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24th Sep 2023

EU keen to enshrine culture in economic planning

  • Barcelona park: The cultural sector includes areas as diverse as cinema, music, publishing, the media, fashion, interior and product design, cultural tourism, performing arts and heritage (Photo: Turisme de Barcelona / J. Trullas)

Europe should invest more in its creative industries as a source of future growth the European Commission has said, while EU ministers have called for culture to be put at the "heart" of the bloc's new economic plan, the Europe 2020 strategy.

The EU executive is in late April set to adopt its "Green Paper on Cultural and Creative Industries," aimed at unlocking the economic potential of cultural and creative industries in Europe - a sector that generates 5 million jobs and represents 2.6 percent of GDP in the 27-nation bloc.

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The sector includes areas as diverse as cinema, music, publishing, the media, fashion, interior and product design, cultural tourism, performing arts and heritage.

Speaking at the European Forum on Cultural Industries in Barcelona, the director general of the European Commission's education and culture department, Odile Quintin, outlined the general lines of the upcoming commission document.

According to a study on the economy of European culture, commissioned by the EU executive: "The cultural and creative sector is a growing sector, developing at a higher pace than the rest of the economy ...and the sector's growth in terms of jobs out-performs the rest of the economy."

The green paper will cover areas such as the financing of cultural and creative industries in Europe, the raising of professional standards in the sector, the protection of intellectual property and the management of copyright. It is also set to call for common cultural policies and the creation of a European judicial framework for the sector.

Ms Quintin said the paper could also be taken into consideration when planning the EU's 2014 to 2020 budget, with negotiations set to start later this year. "If creative and cultural industries are widely considered as a very strong input to growth, then we should invest more money," she told EUobserver.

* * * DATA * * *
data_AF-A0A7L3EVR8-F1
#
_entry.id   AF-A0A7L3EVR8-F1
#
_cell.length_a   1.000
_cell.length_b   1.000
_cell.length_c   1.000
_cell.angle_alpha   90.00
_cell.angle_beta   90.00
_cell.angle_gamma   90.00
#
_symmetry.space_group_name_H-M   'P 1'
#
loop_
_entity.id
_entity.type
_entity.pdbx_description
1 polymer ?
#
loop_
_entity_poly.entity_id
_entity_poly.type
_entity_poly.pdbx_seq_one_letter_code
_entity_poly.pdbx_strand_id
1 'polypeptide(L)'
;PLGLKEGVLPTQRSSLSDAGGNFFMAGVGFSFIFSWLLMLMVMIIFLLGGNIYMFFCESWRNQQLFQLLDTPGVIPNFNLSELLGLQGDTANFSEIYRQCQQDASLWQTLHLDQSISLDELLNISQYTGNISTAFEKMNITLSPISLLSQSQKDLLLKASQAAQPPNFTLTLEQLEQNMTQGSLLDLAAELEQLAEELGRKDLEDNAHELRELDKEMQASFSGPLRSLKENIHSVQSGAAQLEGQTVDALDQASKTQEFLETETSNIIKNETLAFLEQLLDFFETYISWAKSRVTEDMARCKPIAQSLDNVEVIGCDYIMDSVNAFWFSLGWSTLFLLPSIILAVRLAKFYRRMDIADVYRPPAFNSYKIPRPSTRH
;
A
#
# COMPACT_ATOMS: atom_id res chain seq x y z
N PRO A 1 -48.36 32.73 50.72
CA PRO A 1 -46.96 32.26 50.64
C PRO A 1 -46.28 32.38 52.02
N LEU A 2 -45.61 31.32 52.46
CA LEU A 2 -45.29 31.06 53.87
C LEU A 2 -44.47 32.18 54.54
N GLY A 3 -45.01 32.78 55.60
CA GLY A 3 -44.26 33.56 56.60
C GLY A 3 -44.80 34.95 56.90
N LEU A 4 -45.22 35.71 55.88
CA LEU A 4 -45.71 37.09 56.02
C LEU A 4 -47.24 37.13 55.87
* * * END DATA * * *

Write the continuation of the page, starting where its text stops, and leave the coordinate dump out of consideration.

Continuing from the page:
Although the word "culture" is not mentioned in the draft Europe 2020 strategy, the European Commissioner for Education and Culture - Androulla Vassiliou - said that the cultural and creative sector will have "a special place" in initiatives such as "innovation, competitiveness, the digital agenda and social inclusion," which already feature in the 2020 blueprint.

"The success of Europe 2020 will depend to a large extend on the contribution of the culturally related sectors of the economy. I hope our green paper will spark a lively and Europe-wide debate that will allow us to have a better understanding and take the next steps in the right direction," she said at the Barcelona event.

EU culture ministers, also meeting in Barcelona last week, unanimously approved "to put culture at the heart of the 2020 strategy" due to the sector's social and economic potential. The ministers also stated a need for "all member states to work in a harmonised and sustainable way to adapt to the new business models arising from the change from analogue to digital" in the area.

'Cultural diversity, not mono-culture'

German conservative MEP Doris Pack, also speaking at the forum, warned that while Europe should insist on the economic value of cultural activities, it should not neglect cultural diversity, however. "We don't want a mono-culture," she said.

Along the same lines, Andy Pratt - the head of the Centre for Culture, Media and Creative Industries Research (CMCI) in London - cautioned that there is a danger of homogenising European culture.

"We have to be careful if we mainstream culture in European policies," he said. "Culture would be everywhere, but nowhere."

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